Lall and his co-author Laurent Lessard received the award at the recent American Control Conference for their paper titled, "Optimal Controller Synthesis for the Decentralized Two-Player Problem with Output Feedback."

Andrea Goldsmith
September 2013

The Stephen Harris Professor in the School of Engineering and Electrical Engineering Professor Andrea Goldsmith was recently selected to receive the Communication Theory Technical Committee (CTTC) Technical Achievement Award for 2013. Her citation reads, "For contributions to the analysis of fundamental performance limits for wireless channels and networks."

According to the committee's website, "The award...  recognize(s) members of the Communication Theory Technical Committee (CTTC) of the IEEE Communications Society who have been involved with CTTC, have done outstanding work in communication theory, and have achieved a high degree of visibility in the field."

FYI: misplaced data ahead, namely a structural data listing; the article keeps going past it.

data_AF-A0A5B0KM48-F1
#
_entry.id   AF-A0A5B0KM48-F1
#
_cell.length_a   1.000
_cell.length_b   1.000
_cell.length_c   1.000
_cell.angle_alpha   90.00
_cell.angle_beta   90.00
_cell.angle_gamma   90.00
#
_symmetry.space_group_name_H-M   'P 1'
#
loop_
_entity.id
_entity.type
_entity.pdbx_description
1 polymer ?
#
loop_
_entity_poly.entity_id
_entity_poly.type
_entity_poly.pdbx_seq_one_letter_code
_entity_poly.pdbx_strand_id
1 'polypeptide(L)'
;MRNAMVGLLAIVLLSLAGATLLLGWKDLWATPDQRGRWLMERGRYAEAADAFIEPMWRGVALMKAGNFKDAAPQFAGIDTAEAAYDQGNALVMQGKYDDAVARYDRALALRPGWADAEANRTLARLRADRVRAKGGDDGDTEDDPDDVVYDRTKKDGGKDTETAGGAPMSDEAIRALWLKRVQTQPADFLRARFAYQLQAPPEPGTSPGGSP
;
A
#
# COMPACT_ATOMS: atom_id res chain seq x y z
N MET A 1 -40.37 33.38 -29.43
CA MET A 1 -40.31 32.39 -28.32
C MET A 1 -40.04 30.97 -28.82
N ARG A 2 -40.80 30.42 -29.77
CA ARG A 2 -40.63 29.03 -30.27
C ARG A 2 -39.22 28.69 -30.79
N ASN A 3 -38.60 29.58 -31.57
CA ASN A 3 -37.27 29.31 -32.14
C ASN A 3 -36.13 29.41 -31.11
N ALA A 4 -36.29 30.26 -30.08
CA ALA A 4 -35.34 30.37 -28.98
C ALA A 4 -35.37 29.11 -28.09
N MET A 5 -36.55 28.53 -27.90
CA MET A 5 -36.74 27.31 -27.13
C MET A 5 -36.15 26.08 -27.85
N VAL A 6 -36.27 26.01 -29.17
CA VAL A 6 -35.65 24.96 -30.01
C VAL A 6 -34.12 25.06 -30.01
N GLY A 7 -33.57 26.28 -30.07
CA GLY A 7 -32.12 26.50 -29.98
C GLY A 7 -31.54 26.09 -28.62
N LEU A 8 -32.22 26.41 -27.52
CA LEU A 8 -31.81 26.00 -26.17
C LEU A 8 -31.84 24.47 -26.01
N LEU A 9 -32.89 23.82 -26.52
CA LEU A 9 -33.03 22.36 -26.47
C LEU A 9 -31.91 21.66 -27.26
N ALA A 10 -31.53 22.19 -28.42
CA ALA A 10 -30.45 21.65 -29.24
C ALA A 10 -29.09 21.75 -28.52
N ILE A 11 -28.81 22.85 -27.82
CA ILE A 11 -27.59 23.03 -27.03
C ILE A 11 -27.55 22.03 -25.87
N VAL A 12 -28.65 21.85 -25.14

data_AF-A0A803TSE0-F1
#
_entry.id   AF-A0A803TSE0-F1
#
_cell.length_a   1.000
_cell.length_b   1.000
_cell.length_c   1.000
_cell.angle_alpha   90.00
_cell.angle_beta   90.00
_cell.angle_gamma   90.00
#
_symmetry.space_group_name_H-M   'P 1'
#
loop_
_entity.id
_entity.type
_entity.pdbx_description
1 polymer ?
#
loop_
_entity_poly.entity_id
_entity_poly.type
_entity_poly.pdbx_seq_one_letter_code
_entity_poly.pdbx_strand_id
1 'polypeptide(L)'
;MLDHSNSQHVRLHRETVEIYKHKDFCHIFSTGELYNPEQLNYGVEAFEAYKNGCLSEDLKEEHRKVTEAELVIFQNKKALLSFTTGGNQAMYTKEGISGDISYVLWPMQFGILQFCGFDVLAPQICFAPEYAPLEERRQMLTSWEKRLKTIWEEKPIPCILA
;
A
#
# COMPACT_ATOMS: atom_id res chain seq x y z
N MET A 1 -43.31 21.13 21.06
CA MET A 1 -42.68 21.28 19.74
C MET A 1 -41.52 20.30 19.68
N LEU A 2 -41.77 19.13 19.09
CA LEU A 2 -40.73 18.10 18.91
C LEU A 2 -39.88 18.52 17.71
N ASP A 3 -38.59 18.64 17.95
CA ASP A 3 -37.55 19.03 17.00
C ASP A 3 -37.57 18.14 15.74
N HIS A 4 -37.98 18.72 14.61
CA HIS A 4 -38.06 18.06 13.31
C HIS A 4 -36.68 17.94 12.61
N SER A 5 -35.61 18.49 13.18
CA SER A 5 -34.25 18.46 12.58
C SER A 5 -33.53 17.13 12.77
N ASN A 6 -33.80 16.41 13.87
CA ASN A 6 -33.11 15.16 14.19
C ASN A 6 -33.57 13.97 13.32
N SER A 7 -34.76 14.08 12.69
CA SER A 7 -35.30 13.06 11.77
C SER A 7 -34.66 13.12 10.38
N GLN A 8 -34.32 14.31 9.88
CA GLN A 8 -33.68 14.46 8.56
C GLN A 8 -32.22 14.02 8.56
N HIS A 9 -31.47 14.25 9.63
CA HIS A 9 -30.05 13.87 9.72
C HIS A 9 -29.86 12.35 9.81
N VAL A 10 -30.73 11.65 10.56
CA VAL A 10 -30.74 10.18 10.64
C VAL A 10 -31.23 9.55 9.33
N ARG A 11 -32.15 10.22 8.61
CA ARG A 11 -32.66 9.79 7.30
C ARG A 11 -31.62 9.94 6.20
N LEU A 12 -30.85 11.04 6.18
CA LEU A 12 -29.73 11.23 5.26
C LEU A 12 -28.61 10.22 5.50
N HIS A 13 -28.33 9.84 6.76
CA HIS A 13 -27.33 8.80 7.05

James Harris
September 2013

James Harris, the James and Elenor Chesebrough Professor in the School of Engineering and Professor of Electrical Engineering, recently received the 2013 Aristotle Award from the Semiconductor Research Corporation (SRC) for "outstanding teaching and a deep commitment to the educational experience of his students."

According to the SRC, "The Aristotle Award was created by the SRC Board of Directors in March 1995 to recognize supported faculty whose deep commitment to the educational experience of SRC students has had a profound and continuing impact on their professional performance and consequently a significant impact for members over a long period of time."